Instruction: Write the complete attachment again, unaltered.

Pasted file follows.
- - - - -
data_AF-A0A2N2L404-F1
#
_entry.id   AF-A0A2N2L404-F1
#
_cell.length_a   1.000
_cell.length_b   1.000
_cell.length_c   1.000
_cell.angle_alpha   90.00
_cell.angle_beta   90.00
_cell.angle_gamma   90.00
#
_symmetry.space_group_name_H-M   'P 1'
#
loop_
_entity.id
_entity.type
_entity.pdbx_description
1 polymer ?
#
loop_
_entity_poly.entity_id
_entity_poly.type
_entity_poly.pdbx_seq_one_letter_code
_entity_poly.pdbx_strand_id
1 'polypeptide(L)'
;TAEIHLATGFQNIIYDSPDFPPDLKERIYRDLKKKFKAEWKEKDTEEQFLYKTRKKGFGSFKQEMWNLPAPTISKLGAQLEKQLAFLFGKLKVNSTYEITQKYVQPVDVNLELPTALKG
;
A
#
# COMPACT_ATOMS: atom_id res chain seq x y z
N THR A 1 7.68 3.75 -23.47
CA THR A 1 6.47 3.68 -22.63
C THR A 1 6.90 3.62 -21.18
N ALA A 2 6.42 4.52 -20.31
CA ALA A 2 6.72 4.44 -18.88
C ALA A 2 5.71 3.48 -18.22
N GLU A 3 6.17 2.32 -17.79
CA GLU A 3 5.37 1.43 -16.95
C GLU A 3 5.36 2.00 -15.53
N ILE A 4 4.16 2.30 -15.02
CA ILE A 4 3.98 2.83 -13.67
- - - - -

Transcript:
data_AF-A0A2N2L404-F1
#
_entry.id   AF-A0A2N2L404-F1
#
_cell.length_a   1.000
_cell.length_b   1.000
_cell.length_c   1.000
_cell.angle_alpha   90.00
_cell.angle_beta   90.00
_cell.angle_gamma   90.00
#
_symmetry.space_group_name_H-M   'P 1'
#
loop_
_entity.id
_entity.type
_entity.pdbx_description
1 polymer ?
#
loop_
_entity_poly.entity_id
_entity_poly.type
_entity_poly.pdbx_seq_one_letter_code
_entity_poly.pdbx_strand_id
1 'polypeptide(L)'
;TAEIHLATGFQNIIYDSPDFPPDLKERIYRDLKKKFKAEWKEKDTEEQFLYKTRKKGFGSFKQEMWNLPAPTISKLGAQLEKQLAFLFGKLKVNSTYEITQKYVQPVDVNLELPTALKG
;
A
#
# COMPACT_ATOMS: atom_id res chain seq x y z
N THR A 1 7.68 3.75 -23.47
CA THR A 1 6.47 3.68 -22.63
C THR A 1 6.90 3.62 -21.18
N ALA A 2 6.42 4.52 -20.31
CA ALA A 2 6.72 4.44 -18.88
C ALA A 2 5.71 3.48 -18.22
N GLU A 3 6.17 2.32 -17.79
CA GLU A 3 5.37 1.43 -16.95
C GLU A 3 5.36 2.00 -15.53
N ILE A 4 4.16 2.30 -15.02
CA ILE A 4 3.98 2.83 -13.67